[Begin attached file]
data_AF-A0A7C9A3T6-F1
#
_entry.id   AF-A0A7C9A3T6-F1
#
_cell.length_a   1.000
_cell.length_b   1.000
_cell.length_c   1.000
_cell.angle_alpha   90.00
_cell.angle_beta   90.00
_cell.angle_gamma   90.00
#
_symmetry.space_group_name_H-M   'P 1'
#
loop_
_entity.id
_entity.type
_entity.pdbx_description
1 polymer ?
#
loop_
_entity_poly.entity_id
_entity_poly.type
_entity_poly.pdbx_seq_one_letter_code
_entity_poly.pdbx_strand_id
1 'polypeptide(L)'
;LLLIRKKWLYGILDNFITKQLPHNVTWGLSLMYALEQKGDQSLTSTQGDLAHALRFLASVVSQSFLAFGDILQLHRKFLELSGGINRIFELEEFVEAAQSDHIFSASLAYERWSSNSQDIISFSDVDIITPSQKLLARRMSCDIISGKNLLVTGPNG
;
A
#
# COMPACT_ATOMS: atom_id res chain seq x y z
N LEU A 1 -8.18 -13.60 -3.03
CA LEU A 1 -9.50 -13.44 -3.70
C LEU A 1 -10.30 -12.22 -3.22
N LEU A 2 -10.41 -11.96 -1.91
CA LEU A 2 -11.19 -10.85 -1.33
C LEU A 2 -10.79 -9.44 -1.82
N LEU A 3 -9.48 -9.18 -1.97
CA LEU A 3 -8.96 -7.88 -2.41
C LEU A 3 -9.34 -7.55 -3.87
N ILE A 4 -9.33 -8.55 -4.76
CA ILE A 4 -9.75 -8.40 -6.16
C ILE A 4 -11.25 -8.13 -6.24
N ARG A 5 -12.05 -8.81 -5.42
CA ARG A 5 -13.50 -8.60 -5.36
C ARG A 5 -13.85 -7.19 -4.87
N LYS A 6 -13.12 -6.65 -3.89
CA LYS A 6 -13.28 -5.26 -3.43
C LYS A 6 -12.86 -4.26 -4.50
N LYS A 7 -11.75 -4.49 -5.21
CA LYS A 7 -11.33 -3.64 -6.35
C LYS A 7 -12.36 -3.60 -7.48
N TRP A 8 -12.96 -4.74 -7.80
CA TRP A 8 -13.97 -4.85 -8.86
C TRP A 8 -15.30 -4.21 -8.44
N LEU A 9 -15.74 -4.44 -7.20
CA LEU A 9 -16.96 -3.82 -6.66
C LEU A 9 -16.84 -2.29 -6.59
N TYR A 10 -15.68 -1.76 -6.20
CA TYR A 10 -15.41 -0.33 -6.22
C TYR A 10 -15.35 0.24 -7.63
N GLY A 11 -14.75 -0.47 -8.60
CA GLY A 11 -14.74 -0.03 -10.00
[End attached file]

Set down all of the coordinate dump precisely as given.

data_AF-A0A7C9A3T6-F1
#
_entry.id   AF-A0A7C9A3T6-F1
#
_cell.length_a   1.000
_cell.length_b   1.000
_cell.length_c   1.000
_cell.angle_alpha   90.00
_cell.angle_beta   90.00
_cell.angle_gamma   90.00
#
_symmetry.space_group_name_H-M   'P 1'
#
loop_
_entity.id
_entity.type
_entity.pdbx_description
1 polymer ?
#
loop_
_entity_poly.entity_id
_entity_poly.type
_entity_poly.pdbx_seq_one_letter_code
_entity_poly.pdbx_strand_id
1 'polypeptide(L)'
;LLLIRKKWLYGILDNFITKQLPHNVTWGLSLMYALEQKGDQSLTSTQGDLAHALRFLASVVSQSFLAFGDILQLHRKFLELSGGINRIFELEEFVEAAQSDHIFSASLAYERWSSNSQDIISFSDVDIITPSQKLLARRMSCDIISGKNLLVTGPNG
;
A
#
# COMPACT_ATOMS: atom_id res chain seq x y z
N LEU A 1 -8.18 -13.60 -3.03
CA LEU A 1 -9.50 -13.44 -3.70
C LEU A 1 -10.30 -12.22 -3.22
N LEU A 2 -10.41 -11.96 -1.91
CA LEU A 2 -11.19 -10.85 -1.33
C LEU A 2 -10.79 -9.44 -1.82
N LEU A 3 -9.48 -9.18 -1.97
CA LEU A 3 -8.96 -7.88 -2.41
C LEU A 3 -9.34 -7.55 -3.87
N ILE A 4 -9.33 -8.55 -4.76
CA ILE A 4 -9.75 -8.40 -6.16
C ILE A 4 -11.25 -8.13 -6.24
N ARG A 5 -12.05 -8.81 -5.42
CA ARG A 5 -13.50 -8.60 -5.36
C ARG A 5 -13.85 -7.19 -4.87
N LYS A 6 -13.12 -6.65 -3.89
CA LYS A 6 -13.28 -5.26 -3.43
C LYS A 6 -12.86 -4.26 -4.50
N LYS A 7 -11.75 -4.49 -5.21
CA LYS A 7 -11.33 -3.64 -6.35
C LYS A 7 -12.36 -3.60 -7.48
N TRP A 8 -12.96 -4.74 -7.80
CA TRP A 8 -13.97 -4.85 -8.86
C TRP A 8 -15.30 -4.21 -8.44
N LEU A 9 -15.74 -4.44 -7.20
CA LEU A 9 -16.96 -3.82 -6.66
C LEU A 9 -16.84 -2.29 -6.59
N TYR A 10 -15.68 -1.76 -6.20
CA TYR A 10 -15.41 -0.33 -6.22
C TYR A 10 -15.35 0.24 -7.63
N GLY A 11 -14.75 -0.47 -8.60
CA GLY A 11 -14.74 -0.03 -10.00